I get a kick out of upcycling – taking something old and no longer useful, and turning it into something useful, and often, beautiful. Saves money, and also saves the pocket and environment in one fell swoop! 25-odd years ago, we had our old dining room chairs reupholstered and paid a sizeable amount of money akin to having bought an entire new cheap dining room set!
Fast forward a decade and a bit, and it was time for a new look. The chairs were looking old and tired and needed a little sass and zazz to bring them alive again. Enter the staple gun! Voila! Changed my life forever, and in no time at all, with some fabric samples I’d collected along the way, we had “new” old chairs! I was infinitely surprised by how little time and effort were required to avoid paying a king’s ransom to someone else to do the job.
Well, another decade and a bit have passed by, and those chairs were again looking like they’d partied too long and too hard (evidence of a few spills and whoopsie stains) and the wear and tear were evident it was time for another change. Rummaging through my fabric stash, I came across a sturdy piece of thick woven cotton fabric (think Bali, Mexico or Cuba) which our son had made a poncho with (one square, folded in half, and a circle cut out of the centre for the head and neck to fit through) and was no longer in use. The fabric was still in good nick, and when I folded it in four, it indicated it was slightly larger than the seats of the dining chairs, so I knew it was fit for the job.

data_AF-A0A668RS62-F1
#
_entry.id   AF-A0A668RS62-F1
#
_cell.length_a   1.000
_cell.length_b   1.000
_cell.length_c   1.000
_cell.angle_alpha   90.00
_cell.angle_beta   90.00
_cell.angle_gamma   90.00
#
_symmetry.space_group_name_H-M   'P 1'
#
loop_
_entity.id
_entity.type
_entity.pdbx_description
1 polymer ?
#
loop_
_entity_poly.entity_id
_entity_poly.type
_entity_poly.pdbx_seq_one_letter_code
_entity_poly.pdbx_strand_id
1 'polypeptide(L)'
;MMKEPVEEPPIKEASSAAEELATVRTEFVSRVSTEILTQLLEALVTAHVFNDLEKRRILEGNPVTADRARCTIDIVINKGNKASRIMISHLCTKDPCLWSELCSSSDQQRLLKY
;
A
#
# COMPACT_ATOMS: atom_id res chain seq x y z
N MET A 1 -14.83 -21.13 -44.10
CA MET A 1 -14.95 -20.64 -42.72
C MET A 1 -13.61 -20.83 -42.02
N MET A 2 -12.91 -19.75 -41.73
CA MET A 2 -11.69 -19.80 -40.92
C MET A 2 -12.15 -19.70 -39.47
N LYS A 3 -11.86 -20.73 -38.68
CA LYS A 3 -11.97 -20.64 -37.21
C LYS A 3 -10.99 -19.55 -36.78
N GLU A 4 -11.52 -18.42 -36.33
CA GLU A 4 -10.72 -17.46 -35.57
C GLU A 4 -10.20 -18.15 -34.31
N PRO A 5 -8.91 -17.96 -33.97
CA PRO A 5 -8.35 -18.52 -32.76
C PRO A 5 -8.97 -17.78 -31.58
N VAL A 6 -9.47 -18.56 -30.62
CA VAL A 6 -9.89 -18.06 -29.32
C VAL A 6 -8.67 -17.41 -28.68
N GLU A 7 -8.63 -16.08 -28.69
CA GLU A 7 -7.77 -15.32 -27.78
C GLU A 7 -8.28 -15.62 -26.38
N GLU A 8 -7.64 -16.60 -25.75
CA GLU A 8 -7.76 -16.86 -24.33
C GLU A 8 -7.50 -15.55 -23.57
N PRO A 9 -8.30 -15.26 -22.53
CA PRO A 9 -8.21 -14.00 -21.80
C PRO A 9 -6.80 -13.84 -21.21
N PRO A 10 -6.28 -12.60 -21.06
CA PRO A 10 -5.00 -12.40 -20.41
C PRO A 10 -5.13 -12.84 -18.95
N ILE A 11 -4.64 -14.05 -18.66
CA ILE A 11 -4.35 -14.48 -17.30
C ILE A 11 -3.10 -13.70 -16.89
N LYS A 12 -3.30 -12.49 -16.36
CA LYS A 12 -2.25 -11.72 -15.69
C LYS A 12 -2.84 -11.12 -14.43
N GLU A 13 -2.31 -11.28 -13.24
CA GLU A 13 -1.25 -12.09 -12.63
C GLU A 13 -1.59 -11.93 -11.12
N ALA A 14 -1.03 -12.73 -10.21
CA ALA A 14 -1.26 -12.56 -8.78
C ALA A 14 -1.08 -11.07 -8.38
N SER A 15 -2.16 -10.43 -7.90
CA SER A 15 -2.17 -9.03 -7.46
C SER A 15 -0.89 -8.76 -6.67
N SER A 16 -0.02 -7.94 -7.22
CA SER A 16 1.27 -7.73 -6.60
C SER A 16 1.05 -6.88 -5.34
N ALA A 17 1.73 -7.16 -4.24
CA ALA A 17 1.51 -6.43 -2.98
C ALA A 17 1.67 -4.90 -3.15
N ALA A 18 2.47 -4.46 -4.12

Now let me break this down in easy-as steps……anyone can do it. All you need is the fabric, a good working space, some tools (see picture) and a fabric scissors. Simply push the seat out of it’s frame as shown below and place on working surface.
- Don’t be daunted, the most difficult part of all, is removing the old staples. For this job, I use a small flat screwdriver to prise the staples up. A pair of flat nose pliers are good for gripping the uplifted staple and pulling it out completely.
2. The next job is to uplift the fabric gusset which is stapled over the ends of the upholstery fabric to neaten off the piece. Either cut another piece of cotton fabric and fold over edges for a completely new gusset, or if they are in reasonable condition, simply reuse these to neaten up your new upholstery job. The picture below shows the gusset still on (I later took this up and reused it).
3. Cut out the new fabric, allowing 6-8cm extra to pull up and over the chair seat. Place chair seat onto fabric, bottom side showing up. Pull the fabric up and staple all the corners first. Trim excess fabric.
4. Pull the sides up around the seat and staple in position, taking care to fold the corners so that the fabric lies as smoothly as possible. You don’t want big bulky folds as this will stop your newly upholstered chair from fitting back into the seat frame.
5. Fit the old (or new) gusset onto the seat, ensuring all upholstery fabric edges are covered. Staple into position.
6. While my seat tops are new, the bottoms still look old as I’ve simply reused the old gussets. This is not a problem though, as they will not be seen. Job done! It really is that simple!! Time allocated to each seat was roughly 40 minutes (digging up old staples can be tricky!). 2 1/2 hours later, we have 4 new-looking dining room seats! And the fabric will always remind us of our son! Great memory-making chairs.
So this was what our chairs looked like before the upcycle…….
…….and this is what they look like now!
Hmmm, will have to make a great celebratory meal now for tonight……